Panel Discussions - Wednesday, July 10, 2013
Tax Revenue, Not Aid, Better For Countries Emerging from Conflict, Says Expert
“Countries have more to gain from growing their tax bases than they do from relying on international development assistance,” said Kieran Holmes, General Commissioner of the Burundi Revenue Authority, at an IPI policy forum held on July 10th.
“I believe no country is too small nor too poor to expand its tax base, and even countries devastated by conflict can use domestic revenue collection to stimulate economic recovery,” he said.
Mr. Holmes, who has worked in supporting countries in the Pacific, Africa, and the Middle East to build their revenue administrations, presented lessons and recommendations on domestic revenue mobilization in peacebuilding and statebuilding, and shared ways the international community can support the development of domestic revenue generation and revenue authority systems.
Investors and the business community appreciate a transparent and modern tax administration, he argued. “Building a tax system in a country implies the stimulation of the overall investment climate in the international sphere as well as in the domestic environment.”
The improved business climate, he said, facilitates investment and business growth, leading to more jobs and a reduction in poverty.
Mr. Holmes went on to share some of his own experiences from his work in Rwanda and Burundi. By the end of the tax reform period in Rwanda, he pointed out that the Rwanda Revenue Authority was collecting over 90% of the government’s recurrent budget requirements, which freed the country substantially from aid dependency and allowed for greater domestic investment.
While working in Burundi, the country’s revenue take doubled from $247 million in 2009 to $434 million in 2012 with the creation of the Burundi Revenue Authority. Mr. Holmes explained that they recruited new staff, reduced tax rates, enacted new laws, modernized the tax administration and engaged with other agencies, which created an improved business climate in Burundi.
“It is worth noting that both Rwanda and Burundi were devastated by civil wars. Both are very small economies and both are highly dependent on external aid,” he said.
Mr. Holmes recommended some key steps that are necessary to create the conditions for domestic revenue mobilization across countries. For him, the most important activity is the creation of a semi-independent revenue authority that is able to hire and fire its own employees. Other steps included: transparent recruitment of personnel; creating new modern tax laws; and having a strong, sustained and effective communication strategy that includes trade facilitation and regional integration.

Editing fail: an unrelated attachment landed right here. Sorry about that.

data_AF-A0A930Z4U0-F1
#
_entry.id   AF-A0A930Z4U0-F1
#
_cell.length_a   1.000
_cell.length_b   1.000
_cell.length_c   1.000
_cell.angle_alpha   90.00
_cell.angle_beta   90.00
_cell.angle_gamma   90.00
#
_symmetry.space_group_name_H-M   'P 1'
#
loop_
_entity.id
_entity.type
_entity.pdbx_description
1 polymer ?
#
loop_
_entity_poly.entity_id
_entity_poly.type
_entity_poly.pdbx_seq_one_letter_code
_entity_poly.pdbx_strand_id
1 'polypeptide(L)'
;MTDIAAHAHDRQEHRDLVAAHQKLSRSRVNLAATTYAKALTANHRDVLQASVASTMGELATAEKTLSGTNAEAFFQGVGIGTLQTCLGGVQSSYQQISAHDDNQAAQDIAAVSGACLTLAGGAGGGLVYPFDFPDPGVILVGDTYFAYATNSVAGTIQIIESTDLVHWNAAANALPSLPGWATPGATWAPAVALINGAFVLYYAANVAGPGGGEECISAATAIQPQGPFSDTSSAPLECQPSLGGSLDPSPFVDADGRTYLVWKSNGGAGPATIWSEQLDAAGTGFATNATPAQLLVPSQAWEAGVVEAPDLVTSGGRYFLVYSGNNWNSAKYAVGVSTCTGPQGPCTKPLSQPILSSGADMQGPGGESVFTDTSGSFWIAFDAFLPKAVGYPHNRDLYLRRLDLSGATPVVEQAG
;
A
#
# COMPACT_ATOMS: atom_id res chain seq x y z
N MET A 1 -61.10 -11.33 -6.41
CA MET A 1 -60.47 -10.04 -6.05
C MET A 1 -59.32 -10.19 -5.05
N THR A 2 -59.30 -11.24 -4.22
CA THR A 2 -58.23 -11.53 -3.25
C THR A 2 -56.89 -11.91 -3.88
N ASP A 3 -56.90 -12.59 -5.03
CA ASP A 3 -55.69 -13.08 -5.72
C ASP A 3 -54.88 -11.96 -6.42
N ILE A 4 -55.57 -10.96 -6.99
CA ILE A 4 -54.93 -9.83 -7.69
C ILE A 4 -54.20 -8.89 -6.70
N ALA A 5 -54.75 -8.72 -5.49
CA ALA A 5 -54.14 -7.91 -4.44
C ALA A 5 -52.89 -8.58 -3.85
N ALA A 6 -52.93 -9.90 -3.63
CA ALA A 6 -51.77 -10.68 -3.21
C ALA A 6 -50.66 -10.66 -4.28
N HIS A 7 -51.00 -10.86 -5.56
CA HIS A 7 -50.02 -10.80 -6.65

Listing some of the key determinants to success, Mr. Holmes explained that strong top-level political support, long-term and active involvement across the donor community and transparency in the management of the public finances are all critical factors.
Mr. Holmes argued that the international community must ensure that international development assistance be conditional on a country’s willingness to mobilize its own domestic revenue.
“States must be forcefully made aware that they cannot hope to rely on the support of taxpayers from other countries unless they are actively seeking to create the conditions whereby the taxpayers, especially the elites, of their own countries, contribute their fair share” he said. “By adopting this policy we will advance the social contract and make these states into better places for the growth of democracy and the protection of human rights.”
Presenting as a discussant was John Ohiorhenuan, formerly UNDP’s Chief Economist for Africa.
“Countries have much more to gain from growing their tax bases than from relying on international development assistance,” Mr. Ohiorhenuan said. “Building the tax system in a country implies the stimulation of the overall investment climate and I might add, the country’s own economic growth prospects.”
“Tax revenue, properly managed, can far exceed the sum of international assistance and remittances,” he contended, noting that there’s plenty of scope for domestic resource mobilization that can make international development assistance unnecessary within a generation.
During his trip to Rwanda last year, Mr. Ohiorheuan said he saw the lessons in practice with the rise of tax systems, new laws, and tax procedures. He noted that Rwanda is already the most talked about African country in terms of its economy, a lot of it due to its tax administration.
He argued that the exceptional conditions of countries in post-conflict or fragile situations gives the international community leverage but this could be a double-edge sword, underscoring the need to ensure national ownership.
The event was moderated by Maureen Quinn, IPI Director of Programs.
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